Find paves way for new appreciation of Mozart
SALZBURG, Austria - The huge musical puzzle that is Mozart is about to be expanded by two potentially important pieces.
More than two centuries after his death, two additional works have recently been identified as being composed by the Austrian master. While the pieces might have been played before, tomorrow will be the first time they will be performed as compositions of the popular prodigy.
The venue is Salzburg, Amadeus’ birthplace and the city that nurtured his early musical career. The International Mozarteum Foundation will officially present the piano pieces at a hotly awaited event that will feature a live performance by Austrian pianist Florian Birsak.
Officials, protecting the works like state secrets after officially announcing their discovery last week, have said only that they were created by a young Mozart and are contained in a manuscript owned by the Mozarteum for more than 100 years.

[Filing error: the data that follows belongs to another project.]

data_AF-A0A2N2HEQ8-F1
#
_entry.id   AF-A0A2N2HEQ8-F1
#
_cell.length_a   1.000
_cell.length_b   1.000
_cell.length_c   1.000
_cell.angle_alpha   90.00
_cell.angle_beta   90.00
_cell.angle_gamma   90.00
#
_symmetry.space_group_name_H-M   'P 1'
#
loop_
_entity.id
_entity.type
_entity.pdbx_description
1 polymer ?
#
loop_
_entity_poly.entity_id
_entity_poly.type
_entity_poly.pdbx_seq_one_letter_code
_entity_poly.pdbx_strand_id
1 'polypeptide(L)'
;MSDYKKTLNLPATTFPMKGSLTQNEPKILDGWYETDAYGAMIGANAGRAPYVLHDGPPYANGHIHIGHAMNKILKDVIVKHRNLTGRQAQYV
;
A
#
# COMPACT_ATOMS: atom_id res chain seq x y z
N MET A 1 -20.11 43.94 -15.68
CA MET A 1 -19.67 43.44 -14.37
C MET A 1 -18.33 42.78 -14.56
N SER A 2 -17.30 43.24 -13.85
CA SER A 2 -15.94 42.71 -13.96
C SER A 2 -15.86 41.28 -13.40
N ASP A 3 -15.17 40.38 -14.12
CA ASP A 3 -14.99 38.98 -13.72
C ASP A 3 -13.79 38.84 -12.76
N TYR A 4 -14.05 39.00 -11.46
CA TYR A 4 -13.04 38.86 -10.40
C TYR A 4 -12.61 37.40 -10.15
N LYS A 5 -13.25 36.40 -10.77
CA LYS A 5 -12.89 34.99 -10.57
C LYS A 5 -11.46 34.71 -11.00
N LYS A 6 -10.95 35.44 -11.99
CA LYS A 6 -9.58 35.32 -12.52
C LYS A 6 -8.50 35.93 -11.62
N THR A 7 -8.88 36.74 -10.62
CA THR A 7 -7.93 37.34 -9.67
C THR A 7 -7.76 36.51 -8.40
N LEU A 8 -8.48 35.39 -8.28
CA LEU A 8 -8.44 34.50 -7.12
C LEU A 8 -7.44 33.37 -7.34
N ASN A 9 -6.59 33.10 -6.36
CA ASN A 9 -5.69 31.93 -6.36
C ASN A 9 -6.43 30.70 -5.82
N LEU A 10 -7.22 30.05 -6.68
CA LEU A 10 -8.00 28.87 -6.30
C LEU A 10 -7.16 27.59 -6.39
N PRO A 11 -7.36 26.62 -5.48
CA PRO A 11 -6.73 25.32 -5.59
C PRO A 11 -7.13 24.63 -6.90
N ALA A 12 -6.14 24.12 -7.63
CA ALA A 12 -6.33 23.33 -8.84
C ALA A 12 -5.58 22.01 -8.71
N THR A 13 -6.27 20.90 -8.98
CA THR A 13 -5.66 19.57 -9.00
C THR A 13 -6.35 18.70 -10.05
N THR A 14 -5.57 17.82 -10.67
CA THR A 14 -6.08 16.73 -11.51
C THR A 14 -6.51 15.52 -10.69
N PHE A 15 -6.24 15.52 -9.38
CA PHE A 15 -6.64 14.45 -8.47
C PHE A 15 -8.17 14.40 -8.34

“These are two substantial pieces of piano music, composed before Mozart’s 10th birthday,’’ Ulrich Leisinger, the Mozarteum’s head of research, said in an e-mail.
They were identified as part of a larger investigation of the foundation’s Mozart-related materials that include letters and documents, but also more than a hundred music manuscripts - some in the hand of the composer, others transcribed by contemporaries.
The foundation, established in 1880 and a prime source for Mozart-related matters, seeks to preserve the composer’s heritage and find new approaches for analyzing him.
Posthumous discoveries of Mozart pieces are rare - but not unheard of.
In September, Leisinger announced that a French library had found another previously unknown piece of music handwritten by Mozart.
That work, described as the preliminary draft of a musical composition, was found in Nantes in western France as library staff members were going through its archives. Leisinger says the library contacted his foundation for help authenticating the work.
There have been up to 10 Mozart discoveries of such importance over the past 50 years, Leisinger said at the time. Still, experts are fascinated by news of the recently announced find.
The Juilliard School’s L. Michael Griffel called it “very exciting’’ and a “thrill for intellectuals.’’
“It’s always so impressive when a new piece of Mozart is discovered because it adds to the total picture that we have of him and of his development as a composer,’’ said Griffel, chair of the institution’s music history department.